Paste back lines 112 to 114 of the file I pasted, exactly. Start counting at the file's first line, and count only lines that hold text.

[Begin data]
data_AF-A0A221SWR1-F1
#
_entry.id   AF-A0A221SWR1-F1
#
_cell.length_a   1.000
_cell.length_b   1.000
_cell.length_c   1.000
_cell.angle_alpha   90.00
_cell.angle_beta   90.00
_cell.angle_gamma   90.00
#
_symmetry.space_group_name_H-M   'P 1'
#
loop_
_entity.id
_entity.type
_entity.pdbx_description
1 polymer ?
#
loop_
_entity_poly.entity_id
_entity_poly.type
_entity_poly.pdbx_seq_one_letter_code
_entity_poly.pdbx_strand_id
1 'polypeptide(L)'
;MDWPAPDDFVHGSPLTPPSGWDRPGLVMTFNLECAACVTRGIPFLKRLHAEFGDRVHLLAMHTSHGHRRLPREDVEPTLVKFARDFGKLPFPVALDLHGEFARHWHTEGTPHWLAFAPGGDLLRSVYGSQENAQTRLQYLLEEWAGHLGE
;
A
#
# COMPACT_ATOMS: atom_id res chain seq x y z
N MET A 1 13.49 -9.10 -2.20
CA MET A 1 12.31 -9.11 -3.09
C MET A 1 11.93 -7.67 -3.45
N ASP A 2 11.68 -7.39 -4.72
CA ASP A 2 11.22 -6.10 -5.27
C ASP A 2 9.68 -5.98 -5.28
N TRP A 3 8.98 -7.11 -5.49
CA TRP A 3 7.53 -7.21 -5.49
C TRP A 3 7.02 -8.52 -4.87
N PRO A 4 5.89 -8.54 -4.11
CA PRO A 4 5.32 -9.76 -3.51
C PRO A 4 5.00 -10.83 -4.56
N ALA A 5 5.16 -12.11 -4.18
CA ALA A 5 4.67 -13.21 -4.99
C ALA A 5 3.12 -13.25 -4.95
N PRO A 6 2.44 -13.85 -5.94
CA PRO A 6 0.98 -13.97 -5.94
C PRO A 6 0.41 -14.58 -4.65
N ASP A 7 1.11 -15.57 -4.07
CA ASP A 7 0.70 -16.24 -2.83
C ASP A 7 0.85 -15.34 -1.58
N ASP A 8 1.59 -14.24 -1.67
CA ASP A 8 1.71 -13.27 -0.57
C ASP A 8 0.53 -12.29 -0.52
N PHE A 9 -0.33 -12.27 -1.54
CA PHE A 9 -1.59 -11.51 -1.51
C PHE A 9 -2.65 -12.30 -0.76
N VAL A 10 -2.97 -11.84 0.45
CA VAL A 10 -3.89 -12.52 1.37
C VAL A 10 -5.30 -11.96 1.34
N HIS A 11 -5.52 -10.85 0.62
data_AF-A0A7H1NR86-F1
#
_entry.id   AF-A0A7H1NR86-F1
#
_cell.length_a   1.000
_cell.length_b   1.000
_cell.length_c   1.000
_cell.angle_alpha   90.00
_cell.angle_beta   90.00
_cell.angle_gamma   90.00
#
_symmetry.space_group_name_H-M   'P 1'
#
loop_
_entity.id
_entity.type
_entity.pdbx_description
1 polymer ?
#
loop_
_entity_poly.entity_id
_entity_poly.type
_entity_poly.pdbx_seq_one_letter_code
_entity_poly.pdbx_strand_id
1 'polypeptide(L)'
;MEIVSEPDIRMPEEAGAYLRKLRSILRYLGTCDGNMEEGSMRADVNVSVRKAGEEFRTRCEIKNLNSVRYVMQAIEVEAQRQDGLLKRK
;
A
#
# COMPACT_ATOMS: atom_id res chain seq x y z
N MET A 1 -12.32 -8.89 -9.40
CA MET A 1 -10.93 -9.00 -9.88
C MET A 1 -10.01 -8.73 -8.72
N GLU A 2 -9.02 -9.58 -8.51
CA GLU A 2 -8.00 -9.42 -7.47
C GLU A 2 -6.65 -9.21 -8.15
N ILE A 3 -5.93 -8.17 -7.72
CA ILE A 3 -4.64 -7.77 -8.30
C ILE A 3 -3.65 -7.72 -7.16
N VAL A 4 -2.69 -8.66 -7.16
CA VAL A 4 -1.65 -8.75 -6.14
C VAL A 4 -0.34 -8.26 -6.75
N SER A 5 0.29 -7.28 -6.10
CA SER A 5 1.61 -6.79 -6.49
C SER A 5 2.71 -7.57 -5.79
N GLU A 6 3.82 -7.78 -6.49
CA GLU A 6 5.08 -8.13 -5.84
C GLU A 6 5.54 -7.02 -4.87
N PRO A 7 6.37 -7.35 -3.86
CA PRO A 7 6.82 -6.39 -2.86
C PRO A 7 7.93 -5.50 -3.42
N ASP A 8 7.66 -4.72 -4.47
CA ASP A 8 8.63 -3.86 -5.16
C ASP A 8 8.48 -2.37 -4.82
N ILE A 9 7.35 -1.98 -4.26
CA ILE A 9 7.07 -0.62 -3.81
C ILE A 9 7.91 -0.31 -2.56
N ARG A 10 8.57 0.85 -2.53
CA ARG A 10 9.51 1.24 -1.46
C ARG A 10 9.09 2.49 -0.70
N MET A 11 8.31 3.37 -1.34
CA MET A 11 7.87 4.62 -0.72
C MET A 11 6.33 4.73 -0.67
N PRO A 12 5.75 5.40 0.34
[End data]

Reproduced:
C PRO A 7 7.93 -5.50 -3.42
N ASP A 8 7.66 -4.72 -4.47
CA ASP A 8 8.63 -3.86 -5.16